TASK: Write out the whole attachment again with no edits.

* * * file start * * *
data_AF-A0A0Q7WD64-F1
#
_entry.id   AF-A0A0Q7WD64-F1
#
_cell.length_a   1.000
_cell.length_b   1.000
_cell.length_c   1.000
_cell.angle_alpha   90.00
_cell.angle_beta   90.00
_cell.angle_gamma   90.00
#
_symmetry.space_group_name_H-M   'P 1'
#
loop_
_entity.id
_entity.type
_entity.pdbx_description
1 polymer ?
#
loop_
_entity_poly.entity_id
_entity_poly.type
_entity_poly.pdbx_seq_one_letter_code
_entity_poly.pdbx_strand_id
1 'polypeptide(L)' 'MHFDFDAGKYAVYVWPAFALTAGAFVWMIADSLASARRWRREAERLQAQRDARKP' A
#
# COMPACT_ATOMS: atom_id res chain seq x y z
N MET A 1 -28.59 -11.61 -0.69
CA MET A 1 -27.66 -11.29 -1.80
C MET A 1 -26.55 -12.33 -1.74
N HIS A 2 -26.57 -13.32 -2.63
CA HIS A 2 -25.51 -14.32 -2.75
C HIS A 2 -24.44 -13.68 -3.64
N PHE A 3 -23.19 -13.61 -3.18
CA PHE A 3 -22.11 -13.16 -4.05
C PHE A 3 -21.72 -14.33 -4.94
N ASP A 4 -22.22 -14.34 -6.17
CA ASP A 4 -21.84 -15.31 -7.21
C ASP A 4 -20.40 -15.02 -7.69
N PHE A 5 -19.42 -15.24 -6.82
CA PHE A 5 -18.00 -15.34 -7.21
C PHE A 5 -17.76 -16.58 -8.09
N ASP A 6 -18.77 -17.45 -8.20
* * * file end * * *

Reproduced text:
data_AF-A0A0Q7WD64-F1
#
_entry.id   AF-A0A0Q7WD64-F1
#
_cell.length_a   1.000
_cell.length_b   1.000
_cell.length_c   1.000
_cell.angle_alpha   90.00
_cell.angle_beta   90.00
_cell.angle_gamma   90.00
#
_symmetry.space_group_name_H-M   'P 1'
#
loop_
_entity.id
_entity.type
_entity.pdbx_description
1 polymer ?
#
loop_
_entity_poly.entity_id
_entity_poly.type
_entity_poly.pdbx_seq_one_letter_code
_entity_poly.pdbx_strand_id
1 'polypeptide(L)' 'MHFDFDAGKYAVYVWPAFALTAGAFVWMIADSLASARRWRREAERLQAQRDARKP' A
#
# COMPACT_ATOMS: atom_id res chain seq x y z
N MET A 1 -28.59 -11.61 -0.69
CA MET A 1 -27.66 -11.29 -1.80
C MET A 1 -26.55 -12.33 -1.74
N HIS A 2 -26.57 -13.32 -2.63
CA HIS A 2 -25.51 -14.32 -2.75
C HIS A 2 -24.44 -13.68 -3.64
N PHE A 3 -23.19 -13.61 -3.18
CA PHE A 3 -22.11 -13.16 -4.05
C PHE A 3 -21.72 -14.33 -4.94
N ASP A 4 -22.22 -14.34 -6.17
CA ASP A 4 -21.84 -15.31 -7.21
C ASP A 4 -20.40 -15.02 -7.69
N PHE A 5 -19.42 -15.24 -6.82
CA PHE A 5 -18.00 -15.34 -7.21
C PHE A 5 -17.76 -16.58 -8.09
N ASP A 6 -18.77 -17.45 -8.20